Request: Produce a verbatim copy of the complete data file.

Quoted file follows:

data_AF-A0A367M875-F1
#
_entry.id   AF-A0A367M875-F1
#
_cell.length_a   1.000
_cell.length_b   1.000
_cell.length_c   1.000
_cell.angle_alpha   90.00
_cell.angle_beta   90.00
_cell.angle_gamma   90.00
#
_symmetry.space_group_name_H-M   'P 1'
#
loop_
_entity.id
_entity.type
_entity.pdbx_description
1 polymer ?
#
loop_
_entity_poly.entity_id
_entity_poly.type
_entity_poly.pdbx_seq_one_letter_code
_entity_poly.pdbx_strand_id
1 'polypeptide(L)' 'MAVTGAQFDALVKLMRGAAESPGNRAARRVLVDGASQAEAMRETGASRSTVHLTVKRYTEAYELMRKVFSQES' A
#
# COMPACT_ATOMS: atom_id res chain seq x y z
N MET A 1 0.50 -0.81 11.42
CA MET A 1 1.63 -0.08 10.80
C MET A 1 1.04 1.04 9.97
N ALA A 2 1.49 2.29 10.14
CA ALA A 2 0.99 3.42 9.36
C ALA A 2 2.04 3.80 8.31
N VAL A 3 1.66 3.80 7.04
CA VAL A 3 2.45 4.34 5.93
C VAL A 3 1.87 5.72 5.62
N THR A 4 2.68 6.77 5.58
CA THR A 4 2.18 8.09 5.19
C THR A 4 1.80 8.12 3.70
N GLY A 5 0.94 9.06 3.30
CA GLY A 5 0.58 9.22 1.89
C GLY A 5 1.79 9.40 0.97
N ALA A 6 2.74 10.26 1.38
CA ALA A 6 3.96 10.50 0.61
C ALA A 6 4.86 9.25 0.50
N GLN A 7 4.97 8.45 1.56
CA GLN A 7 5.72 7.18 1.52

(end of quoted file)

data_AF-A0A367M875-F1
#
_entry.id   AF-A0A367M875-F1
#
_cell.length_a   1.000
_cell.length_b   1.000
_cell.length_c   1.000
_cell.angle_alpha   90.00
_cell.angle_beta   90.00
_cell.angle_gamma   90.00
#
_symmetry.space_group_name_H-M   'P 1'
#
loop_
_entity.id
_entity.type
_entity.pdbx_description
1 polymer ?
#
loop_
_entity_poly.entity_id
_entity_poly.type
_entity_poly.pdbx_seq_one_letter_code
_entity_poly.pdbx_strand_id
1 'polypeptide(L)' 'MAVTGAQFDALVKLMRGAAESPGNRAARRVLVDGASQAEAMRETGASRSTVHLTVKRYTEAYELMRKVFSQES' A
#
# COMPACT_ATOMS: atom_id res chain seq x y z
N MET A 1 0.50 -0.81 11.42
CA MET A 1 1.63 -0.08 10.80
C MET A 1 1.04 1.04 9.97
N ALA A 2 1.49 2.29 10.14
CA ALA A 2 0.99 3.42 9.36
C ALA A 2 2.04 3.80 8.31
N VAL A 3 1.66 3.80 7.04
CA VAL A 3 2.45 4.34 5.93
C VAL A 3 1.87 5.72 5.62
N THR A 4 2.68 6.77 5.58
CA THR A 4 2.18 8.09 5.19
C THR A 4 1.80 8.12 3.70
N GLY A 5 0.94 9.06 3.30
CA GLY A 5 0.58 9.22 1.89
C GLY A 5 1.79 9.40 0.97
N ALA A 6 2.74 10.26 1.38
CA ALA A 6 3.96 10.50 0.61
C ALA A 6 4.86 9.25 0.50
N GLN A 7 4.97 8.45 1.56
CA GLN A 7 5.72 7.18 1.52